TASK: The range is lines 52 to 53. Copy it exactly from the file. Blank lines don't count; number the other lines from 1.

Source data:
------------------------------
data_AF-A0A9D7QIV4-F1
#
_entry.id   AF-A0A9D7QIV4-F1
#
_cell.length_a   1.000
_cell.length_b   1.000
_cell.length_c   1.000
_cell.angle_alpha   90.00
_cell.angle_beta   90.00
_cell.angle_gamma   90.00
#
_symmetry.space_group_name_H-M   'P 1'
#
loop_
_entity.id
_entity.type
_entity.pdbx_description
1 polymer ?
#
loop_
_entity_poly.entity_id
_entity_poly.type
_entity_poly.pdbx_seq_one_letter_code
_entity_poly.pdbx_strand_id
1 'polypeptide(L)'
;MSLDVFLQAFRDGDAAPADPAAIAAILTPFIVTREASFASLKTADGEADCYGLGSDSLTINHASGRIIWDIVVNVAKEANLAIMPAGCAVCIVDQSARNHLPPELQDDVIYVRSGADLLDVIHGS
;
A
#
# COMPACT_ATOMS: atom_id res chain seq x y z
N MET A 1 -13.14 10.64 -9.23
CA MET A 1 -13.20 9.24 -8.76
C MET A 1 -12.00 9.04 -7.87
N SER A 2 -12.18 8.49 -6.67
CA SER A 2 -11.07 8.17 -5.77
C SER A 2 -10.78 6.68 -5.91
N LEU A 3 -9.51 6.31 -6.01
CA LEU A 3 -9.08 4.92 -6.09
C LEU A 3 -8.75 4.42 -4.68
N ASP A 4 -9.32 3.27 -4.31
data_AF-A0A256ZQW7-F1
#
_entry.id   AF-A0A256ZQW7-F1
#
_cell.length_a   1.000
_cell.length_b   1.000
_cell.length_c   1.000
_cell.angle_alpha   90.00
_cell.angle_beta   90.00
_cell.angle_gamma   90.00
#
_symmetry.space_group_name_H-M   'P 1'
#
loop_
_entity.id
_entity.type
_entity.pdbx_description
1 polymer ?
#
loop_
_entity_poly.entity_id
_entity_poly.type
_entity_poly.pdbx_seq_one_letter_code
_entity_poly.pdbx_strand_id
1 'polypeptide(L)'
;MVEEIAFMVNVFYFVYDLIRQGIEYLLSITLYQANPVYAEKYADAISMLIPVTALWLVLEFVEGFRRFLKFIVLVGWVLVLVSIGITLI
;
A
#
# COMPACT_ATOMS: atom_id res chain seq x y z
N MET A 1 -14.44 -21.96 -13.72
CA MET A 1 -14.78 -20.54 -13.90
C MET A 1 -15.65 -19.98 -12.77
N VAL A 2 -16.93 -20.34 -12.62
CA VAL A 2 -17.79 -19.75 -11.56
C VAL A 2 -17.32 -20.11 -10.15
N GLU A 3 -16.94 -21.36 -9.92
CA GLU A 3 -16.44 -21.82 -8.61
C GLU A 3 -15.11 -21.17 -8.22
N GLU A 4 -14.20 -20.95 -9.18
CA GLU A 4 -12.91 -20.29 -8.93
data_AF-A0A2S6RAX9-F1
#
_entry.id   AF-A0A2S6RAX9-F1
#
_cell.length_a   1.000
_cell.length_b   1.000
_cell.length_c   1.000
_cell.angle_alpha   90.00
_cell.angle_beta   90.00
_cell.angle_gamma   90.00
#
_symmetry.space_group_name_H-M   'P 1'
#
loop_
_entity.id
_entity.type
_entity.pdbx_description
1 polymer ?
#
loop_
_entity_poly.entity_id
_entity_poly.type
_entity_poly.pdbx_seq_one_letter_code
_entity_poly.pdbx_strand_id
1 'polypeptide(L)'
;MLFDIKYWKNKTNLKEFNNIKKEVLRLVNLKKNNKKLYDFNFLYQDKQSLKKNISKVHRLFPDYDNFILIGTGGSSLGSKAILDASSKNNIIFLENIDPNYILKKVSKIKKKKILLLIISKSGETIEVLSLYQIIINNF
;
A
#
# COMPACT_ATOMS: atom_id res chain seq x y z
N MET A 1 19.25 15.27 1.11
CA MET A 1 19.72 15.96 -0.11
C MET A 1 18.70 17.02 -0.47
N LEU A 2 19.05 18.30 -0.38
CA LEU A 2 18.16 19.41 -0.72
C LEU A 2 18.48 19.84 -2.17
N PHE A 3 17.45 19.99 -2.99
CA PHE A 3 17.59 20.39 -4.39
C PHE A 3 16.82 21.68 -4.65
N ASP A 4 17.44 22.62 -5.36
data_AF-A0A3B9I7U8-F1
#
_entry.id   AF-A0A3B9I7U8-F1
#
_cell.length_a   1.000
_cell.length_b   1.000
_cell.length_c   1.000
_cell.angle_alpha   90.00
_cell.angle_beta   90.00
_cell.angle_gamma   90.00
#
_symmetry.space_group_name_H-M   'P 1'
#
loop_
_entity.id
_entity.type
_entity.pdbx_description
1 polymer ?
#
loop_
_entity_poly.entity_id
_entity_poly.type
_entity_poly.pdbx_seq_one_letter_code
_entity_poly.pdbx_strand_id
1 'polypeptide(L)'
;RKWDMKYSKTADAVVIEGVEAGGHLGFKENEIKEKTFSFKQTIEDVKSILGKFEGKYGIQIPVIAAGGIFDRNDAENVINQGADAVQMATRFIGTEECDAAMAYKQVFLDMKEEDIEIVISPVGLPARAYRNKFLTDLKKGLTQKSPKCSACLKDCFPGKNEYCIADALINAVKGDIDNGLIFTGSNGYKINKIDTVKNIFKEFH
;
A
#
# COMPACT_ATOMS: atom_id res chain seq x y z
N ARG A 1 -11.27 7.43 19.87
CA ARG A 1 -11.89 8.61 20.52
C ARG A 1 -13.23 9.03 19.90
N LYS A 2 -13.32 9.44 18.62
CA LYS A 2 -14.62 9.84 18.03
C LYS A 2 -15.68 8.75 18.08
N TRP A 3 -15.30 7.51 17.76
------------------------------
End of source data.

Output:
_symmetry.space_group_name_H-M   'P 1'
#